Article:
Plaqued Houses and Buildings
155 King Street - Victoria Hall
Victoria Hall was added onto St. Jude's Church in 1887
Property Details:
The main part of St. Jude's Church was completed in 1883, replacing the original church situated at the northwest corner of Colborne Street (now Lakeshore Road) and Thomas Street.

However, it wasn't until 1887 that Victoria Hall was added on the south side of the church. The hall was intended to house a growing Sunday school, as well as accommodating church functions such as meetings, receptions and various social events like church suppers and bazaars. The plaque is on Thomas Street, although the street address that most closely matches Victoria Hall on Google Maps is 155 King Street.

A beautiful stained-glass window was installed on the east side of Victoria Hall when the building was completed. It commemorated Queen Victoria's Jubilee, and was a gift of Christopher Armstrong, an owner of the Marlatt and Armstrong Tannery, and for many years a warden at St. Jude's.

The church, including Victoria Hall, was built at a time of increasing growth in the congregation, St. Jude's being the only Anglican Church in Oakville at the time. The Reverend Canon Worrell, who served the parish as Rector from 1869 to 1903, presided over the church during this period of growth.

Until 1893, Victoria Hall was lit by oil lamps, like the rest of St. Jude's Church. However, at the Easter Vestry meeting in that year, it was decided that the church, including Victoria Hall, was to be lit by electricity. For many years thereafter, the oil lamps remained in their brackets throughout the church as the back-up source of illumination in case the unreliable town electrical system failed to function. The heating system was run from a coal furnace, the main source of heating in houses and other buildings at the turn of the Twentieth Century.

During the incumbency of Reverend C.E. Riley (1922-1925), and with the economic prosperity and consequent population growth of Oakville during the 1920's, the congregation of St. Jude's grew substantially. As a result, the ever-growing Sunday School was accommodated in an expansion of the Parish Hall (Victoria Hall). An extension was erected to the west of Victoria Hall. The contract was let in 1924, and the addition completed the following year. The addition incorporated a recreation room in the basement, a hall upstairs (now the Helen Poole Room and church library), and classrooms for the Sunday school on the second floor. Offices were also built on the main floor. A stairway linked Victoria Hall on the lower level, to the new addition on the upper level.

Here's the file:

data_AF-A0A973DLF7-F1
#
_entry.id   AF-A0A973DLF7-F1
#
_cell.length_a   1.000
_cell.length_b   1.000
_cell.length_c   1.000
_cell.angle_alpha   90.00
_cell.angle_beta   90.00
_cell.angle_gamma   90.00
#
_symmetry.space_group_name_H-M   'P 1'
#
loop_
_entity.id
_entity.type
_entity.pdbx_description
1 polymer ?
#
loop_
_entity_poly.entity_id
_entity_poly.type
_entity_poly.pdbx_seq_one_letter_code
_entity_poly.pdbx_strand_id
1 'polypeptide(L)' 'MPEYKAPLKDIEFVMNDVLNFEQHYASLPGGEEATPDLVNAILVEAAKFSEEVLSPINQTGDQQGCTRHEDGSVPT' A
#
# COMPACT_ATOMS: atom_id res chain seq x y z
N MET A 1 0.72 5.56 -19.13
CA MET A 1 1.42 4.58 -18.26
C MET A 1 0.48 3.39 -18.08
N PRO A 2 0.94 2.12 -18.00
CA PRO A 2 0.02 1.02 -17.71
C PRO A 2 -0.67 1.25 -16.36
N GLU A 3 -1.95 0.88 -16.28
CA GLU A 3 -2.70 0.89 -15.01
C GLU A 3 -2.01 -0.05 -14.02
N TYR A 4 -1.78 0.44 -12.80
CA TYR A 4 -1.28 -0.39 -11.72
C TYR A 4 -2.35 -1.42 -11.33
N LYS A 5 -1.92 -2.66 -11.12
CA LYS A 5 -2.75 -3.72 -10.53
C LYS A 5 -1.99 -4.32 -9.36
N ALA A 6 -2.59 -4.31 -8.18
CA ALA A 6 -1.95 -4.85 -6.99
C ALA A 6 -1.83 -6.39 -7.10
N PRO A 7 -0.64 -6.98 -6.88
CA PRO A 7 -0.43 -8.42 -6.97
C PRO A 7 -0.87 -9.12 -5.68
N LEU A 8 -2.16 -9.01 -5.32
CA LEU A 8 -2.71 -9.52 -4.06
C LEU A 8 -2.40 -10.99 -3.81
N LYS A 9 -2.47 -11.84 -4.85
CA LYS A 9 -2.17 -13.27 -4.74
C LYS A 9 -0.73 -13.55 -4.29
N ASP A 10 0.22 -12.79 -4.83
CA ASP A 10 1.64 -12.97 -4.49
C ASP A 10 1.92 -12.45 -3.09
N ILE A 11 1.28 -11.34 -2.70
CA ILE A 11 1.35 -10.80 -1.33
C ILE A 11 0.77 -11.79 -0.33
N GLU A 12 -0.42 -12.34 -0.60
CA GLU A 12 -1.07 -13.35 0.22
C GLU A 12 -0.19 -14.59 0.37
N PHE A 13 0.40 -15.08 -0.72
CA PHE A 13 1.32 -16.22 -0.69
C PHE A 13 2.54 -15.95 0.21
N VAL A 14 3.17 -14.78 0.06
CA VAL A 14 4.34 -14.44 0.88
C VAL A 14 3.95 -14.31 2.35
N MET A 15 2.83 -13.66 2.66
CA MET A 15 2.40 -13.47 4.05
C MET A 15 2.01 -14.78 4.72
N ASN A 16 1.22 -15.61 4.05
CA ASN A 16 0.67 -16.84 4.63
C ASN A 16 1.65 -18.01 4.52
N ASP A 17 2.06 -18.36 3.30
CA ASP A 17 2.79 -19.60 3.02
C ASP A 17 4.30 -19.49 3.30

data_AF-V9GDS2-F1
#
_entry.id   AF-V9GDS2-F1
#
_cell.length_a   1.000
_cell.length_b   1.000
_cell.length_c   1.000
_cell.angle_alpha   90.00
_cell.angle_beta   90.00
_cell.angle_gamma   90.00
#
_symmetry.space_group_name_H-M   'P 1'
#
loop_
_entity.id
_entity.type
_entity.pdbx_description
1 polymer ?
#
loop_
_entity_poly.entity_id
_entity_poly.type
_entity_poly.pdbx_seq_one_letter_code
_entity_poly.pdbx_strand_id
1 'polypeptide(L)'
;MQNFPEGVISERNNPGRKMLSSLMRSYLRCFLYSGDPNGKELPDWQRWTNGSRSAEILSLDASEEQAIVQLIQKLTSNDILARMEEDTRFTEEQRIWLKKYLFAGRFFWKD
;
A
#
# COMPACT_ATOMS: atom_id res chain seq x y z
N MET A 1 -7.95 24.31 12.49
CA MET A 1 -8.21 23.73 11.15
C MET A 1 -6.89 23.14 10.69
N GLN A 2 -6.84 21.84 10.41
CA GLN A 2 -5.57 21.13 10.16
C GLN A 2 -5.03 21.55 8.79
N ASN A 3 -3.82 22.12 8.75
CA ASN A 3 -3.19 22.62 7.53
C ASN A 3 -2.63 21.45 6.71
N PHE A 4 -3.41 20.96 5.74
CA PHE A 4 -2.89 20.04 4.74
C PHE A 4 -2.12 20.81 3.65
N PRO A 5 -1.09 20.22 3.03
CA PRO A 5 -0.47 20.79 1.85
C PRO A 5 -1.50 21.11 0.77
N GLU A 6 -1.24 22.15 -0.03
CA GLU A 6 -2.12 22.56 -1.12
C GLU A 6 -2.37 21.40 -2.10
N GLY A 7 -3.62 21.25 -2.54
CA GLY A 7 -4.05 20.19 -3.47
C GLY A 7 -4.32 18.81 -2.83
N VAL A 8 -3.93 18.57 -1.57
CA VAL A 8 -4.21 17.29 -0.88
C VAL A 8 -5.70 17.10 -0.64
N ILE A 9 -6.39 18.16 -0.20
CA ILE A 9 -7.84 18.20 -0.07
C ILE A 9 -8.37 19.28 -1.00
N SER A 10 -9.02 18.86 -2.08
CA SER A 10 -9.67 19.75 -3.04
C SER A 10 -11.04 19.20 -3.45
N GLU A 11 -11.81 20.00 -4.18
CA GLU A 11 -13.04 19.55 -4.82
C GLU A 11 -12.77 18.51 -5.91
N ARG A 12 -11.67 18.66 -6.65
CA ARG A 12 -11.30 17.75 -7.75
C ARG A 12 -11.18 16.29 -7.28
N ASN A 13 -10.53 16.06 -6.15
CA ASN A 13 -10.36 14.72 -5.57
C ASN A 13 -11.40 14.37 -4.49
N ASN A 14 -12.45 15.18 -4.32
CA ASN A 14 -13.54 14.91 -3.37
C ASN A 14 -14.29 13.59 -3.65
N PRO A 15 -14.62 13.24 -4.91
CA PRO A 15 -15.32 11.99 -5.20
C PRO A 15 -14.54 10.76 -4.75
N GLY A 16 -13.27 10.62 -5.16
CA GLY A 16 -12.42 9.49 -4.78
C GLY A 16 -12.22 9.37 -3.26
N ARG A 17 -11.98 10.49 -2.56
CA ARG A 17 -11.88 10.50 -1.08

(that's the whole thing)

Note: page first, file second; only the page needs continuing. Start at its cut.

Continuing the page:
Victoria Hall and the adjacent addition reverberated with the sounds of Sunday school teachers teaching lessons, children singing hymns and the sound of the piano being played by Mrs. Williams and Mrs. Alec Chisholm. The Sunday school commenced each Sunday at 2:30 in the afternoon. Mr. E.T. Lightbourn was the Sunday School Superintendent for thirty years. There was a weekly homework assignment for the students from the Sunday school leaflet. A Christmas concert was held annually under the supervision of Miss Kathleen Appleby. The Sunday School students also enjoyed many social activities to enrich their programme, including sleigh rides along Lakeshore Road and an annual Sunday school picnic by excursion steamer from Oakville to pleasure grounds at places such as Port Dalhousie and Wabasso Park (now La Salle Park) in Aldershot.

Not only did the Sunday School make good use of Victoria Hall, but other church groups used the facility such as the Mothers' Union, the Altar Guild, the Women's Guild and the Women's Auxiliary.

In 1954, as the congregation grew during the postwar years, a further addition was erected on the southwest side of St. Jude's. The westerly part of the church was extended northerly and included a choir vestry, sacristy and offices for the Rector, Canon T.C Jackson, as well as secretarial space. The work commenced in 1954 and was completed by July 1955. On May 22nd of that year, the addition was consecrated by the Anglican Bishop of Niagara.

Today, Victoria Hall is still used extensively for events including church meetings and social events such as the annual Shrove Tuesday Pancake Supper. In 2021, the hall received a commemorative historical plaque installed on the outside wall at the southeast corner of the hall.
1. The George Sumner Diaries, Oakville Historical Society Archives
2. "Recollections of St. Jude's Church", by Frances Robin Ahern
3. St. Jude;s Church, Oakville - 1942 to 1957 by A.H. Lightbourn
Click to Enlarge
Victoria HallVictoria Hall
155 King Street Plaque155 King Street Plaque
The Victoria WindowThe Victoria Window
Christopher ArmstrongChristopher Armstrong
Mr. And Mrs. ArmstrongMr. And Mrs. Armstrong